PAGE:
A long week nears its end. I've been covering for a partner at the office and my domestic partner (Marie) at home. Marie returns shortly from Colorado, where she is getting my daughter, Abbie, situated in Denver to take graduate classes in theology at The Augustine Institute.
BTW: I don't know why these random links keep showing up. In the above paragraph, "office" and "home" are highlighted. I don't know why. I'll start bolding the links I insert. If they're not bolded, they're not mine. Thanks for your patience.
Best quote this week: "Mass immigration offers the Democrats good reason to hope to overwhelm their foes in the long run. But merely listing the Democrats' constituent interest groups points out the main problem with their master plan: Their various fringes can't stand one another." Steve Sailer.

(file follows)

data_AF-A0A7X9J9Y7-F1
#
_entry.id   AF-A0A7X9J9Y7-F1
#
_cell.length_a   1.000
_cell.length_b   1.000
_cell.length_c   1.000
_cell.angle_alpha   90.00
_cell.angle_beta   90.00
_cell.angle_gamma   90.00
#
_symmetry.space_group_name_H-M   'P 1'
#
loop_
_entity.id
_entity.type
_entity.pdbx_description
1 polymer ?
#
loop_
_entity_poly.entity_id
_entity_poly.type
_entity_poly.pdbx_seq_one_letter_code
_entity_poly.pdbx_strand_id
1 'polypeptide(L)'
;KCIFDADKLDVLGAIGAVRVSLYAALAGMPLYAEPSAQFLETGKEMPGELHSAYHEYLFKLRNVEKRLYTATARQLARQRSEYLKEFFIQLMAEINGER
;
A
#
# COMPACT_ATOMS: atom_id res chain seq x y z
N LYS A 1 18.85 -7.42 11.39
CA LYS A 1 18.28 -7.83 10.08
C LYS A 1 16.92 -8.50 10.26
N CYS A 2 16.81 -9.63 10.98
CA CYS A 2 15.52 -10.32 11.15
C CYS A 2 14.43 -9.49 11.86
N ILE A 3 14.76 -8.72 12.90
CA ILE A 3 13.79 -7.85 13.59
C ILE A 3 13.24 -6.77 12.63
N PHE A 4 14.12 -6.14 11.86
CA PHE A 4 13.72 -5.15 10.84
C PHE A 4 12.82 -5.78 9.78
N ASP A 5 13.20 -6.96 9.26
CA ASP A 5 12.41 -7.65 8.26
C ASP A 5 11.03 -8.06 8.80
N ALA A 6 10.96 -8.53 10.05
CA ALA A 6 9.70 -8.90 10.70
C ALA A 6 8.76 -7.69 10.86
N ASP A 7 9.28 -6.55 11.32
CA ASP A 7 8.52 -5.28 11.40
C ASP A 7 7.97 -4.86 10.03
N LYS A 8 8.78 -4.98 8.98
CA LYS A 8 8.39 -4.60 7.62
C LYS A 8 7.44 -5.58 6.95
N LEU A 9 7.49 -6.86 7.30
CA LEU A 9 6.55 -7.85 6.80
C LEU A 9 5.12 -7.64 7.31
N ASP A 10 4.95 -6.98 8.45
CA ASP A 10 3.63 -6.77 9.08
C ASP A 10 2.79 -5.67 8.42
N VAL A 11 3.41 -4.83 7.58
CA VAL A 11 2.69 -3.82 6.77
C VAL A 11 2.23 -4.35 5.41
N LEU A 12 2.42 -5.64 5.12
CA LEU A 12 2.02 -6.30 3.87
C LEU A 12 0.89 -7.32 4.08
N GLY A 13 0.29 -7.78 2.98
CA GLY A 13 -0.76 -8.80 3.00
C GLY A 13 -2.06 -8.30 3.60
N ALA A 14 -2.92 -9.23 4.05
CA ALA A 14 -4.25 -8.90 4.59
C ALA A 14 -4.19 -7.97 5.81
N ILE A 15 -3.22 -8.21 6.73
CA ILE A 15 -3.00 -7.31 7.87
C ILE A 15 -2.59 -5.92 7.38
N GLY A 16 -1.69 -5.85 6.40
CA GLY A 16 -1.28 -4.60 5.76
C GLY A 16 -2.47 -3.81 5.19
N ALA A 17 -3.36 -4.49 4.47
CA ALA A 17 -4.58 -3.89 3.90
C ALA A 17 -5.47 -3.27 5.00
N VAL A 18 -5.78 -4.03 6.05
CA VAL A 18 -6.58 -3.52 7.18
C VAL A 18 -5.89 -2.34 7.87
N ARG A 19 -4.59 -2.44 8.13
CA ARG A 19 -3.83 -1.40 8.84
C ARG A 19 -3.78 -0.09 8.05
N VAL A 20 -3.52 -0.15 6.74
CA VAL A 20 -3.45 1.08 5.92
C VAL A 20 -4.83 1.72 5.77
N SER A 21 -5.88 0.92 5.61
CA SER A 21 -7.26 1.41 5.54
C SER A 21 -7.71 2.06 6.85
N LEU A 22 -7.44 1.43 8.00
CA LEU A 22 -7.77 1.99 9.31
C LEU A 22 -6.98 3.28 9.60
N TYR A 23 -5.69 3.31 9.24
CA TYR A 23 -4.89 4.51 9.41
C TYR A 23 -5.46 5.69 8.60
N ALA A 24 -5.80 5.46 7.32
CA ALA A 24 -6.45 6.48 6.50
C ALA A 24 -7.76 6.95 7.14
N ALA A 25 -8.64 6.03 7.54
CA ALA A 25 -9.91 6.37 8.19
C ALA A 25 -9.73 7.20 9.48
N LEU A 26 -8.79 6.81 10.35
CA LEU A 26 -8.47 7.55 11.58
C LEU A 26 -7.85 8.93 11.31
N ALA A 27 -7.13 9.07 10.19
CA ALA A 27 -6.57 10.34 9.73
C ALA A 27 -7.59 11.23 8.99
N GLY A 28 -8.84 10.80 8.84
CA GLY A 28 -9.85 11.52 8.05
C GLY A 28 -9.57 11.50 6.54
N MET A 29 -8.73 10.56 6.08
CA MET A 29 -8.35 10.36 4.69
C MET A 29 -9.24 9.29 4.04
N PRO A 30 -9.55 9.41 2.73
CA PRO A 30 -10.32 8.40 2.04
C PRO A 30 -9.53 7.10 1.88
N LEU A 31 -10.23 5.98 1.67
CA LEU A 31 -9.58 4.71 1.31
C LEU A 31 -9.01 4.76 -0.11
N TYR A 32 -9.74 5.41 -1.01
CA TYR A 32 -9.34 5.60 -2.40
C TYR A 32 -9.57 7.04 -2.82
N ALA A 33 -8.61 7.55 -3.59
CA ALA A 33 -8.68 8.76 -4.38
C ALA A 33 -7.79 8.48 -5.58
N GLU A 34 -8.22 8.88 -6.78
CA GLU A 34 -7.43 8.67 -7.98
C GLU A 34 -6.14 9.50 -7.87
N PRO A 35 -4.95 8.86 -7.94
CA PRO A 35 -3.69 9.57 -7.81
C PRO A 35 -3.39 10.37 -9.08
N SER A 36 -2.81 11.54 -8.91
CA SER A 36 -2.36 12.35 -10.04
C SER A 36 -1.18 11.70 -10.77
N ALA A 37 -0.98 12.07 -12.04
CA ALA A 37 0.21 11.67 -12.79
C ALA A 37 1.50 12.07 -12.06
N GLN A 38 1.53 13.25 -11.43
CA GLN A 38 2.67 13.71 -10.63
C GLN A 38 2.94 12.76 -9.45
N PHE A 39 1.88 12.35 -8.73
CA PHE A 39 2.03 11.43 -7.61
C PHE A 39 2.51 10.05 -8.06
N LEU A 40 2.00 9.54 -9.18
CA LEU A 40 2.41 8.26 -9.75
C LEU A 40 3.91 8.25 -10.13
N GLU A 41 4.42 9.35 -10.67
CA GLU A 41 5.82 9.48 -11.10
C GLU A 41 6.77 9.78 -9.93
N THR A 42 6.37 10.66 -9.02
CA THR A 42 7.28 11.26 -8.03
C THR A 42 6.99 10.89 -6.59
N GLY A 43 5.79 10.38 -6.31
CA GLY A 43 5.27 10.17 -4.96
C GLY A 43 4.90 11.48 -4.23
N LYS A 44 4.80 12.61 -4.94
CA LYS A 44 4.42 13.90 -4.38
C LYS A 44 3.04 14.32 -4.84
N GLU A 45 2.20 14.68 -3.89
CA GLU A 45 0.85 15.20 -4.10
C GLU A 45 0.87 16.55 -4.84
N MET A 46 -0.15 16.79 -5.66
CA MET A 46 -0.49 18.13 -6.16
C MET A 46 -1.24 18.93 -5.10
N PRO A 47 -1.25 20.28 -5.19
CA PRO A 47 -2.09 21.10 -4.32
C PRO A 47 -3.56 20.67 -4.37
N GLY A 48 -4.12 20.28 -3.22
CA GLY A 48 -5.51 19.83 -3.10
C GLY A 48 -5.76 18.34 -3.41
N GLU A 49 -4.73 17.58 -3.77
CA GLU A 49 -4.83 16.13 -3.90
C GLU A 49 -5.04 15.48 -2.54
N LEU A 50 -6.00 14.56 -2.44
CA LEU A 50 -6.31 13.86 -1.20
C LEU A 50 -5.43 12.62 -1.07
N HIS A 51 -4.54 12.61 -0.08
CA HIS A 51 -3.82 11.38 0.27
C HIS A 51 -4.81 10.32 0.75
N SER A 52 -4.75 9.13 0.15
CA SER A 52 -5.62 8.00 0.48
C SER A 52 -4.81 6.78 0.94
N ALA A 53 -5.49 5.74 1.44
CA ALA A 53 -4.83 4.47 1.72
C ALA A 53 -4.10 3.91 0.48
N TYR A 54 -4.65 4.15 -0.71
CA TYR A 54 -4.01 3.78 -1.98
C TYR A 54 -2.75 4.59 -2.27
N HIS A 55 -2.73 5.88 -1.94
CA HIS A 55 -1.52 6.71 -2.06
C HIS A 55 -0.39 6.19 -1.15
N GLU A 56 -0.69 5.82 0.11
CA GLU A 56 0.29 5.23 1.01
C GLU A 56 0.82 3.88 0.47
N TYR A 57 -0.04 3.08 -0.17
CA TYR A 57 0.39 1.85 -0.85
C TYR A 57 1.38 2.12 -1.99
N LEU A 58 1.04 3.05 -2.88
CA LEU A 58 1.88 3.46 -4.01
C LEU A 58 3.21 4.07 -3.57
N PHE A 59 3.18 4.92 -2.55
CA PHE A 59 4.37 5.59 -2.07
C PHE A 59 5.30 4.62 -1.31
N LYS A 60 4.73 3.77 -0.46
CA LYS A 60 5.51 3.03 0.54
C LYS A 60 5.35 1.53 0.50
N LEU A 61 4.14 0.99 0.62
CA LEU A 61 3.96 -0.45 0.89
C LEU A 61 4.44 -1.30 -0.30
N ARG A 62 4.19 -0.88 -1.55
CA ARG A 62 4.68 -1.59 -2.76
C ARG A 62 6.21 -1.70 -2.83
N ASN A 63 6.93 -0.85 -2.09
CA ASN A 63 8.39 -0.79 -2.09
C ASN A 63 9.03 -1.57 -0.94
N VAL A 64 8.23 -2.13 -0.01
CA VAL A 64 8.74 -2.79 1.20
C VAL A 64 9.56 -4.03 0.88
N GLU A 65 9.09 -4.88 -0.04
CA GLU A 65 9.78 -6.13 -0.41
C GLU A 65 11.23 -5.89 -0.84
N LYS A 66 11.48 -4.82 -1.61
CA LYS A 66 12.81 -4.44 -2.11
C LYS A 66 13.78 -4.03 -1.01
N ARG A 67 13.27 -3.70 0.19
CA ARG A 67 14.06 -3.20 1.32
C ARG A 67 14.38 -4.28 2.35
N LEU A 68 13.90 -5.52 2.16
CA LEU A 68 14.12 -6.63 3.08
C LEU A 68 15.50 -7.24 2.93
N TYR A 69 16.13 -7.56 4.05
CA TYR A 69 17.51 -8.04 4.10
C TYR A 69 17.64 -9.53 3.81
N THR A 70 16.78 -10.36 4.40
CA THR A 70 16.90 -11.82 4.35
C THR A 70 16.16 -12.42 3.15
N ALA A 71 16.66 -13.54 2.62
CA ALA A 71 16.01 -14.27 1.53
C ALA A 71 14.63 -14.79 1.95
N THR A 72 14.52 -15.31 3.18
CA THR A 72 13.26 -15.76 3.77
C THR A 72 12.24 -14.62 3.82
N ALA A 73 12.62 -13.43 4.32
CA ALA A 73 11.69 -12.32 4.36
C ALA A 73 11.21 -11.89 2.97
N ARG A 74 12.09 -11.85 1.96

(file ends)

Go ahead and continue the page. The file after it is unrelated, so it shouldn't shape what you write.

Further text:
Random Blurb from the Notebooks: During a walk, Ludwig van Beethoven explained to Johann Goethe that the artist is a great man who deserves reverence. To illustrate his point and to Goethe's flabbergasted astonishment, Beethoven crossed his arms and rudely walked through a group of nobility. Beethoven's impolite walk through the nobility mirrored his walk through life: Seeing himself as one of the greatest artists, he thought he deserved deep reverence, which made him think he stood above the conventional kindness and politeness of everyday life. It's not surprising that he was an extremely difficult person: He tyrannized his family to the point of pushing one member to attempt suicide; many doctors refused him as a patient; he abused servants so fearsomely that few would work for him; no woman would marry him. He led much of his life as a lonely artistic genius, a genius that has been called the first modern artist because he gave birth to the modern notion that the great artist must be irritable and self-obsessed.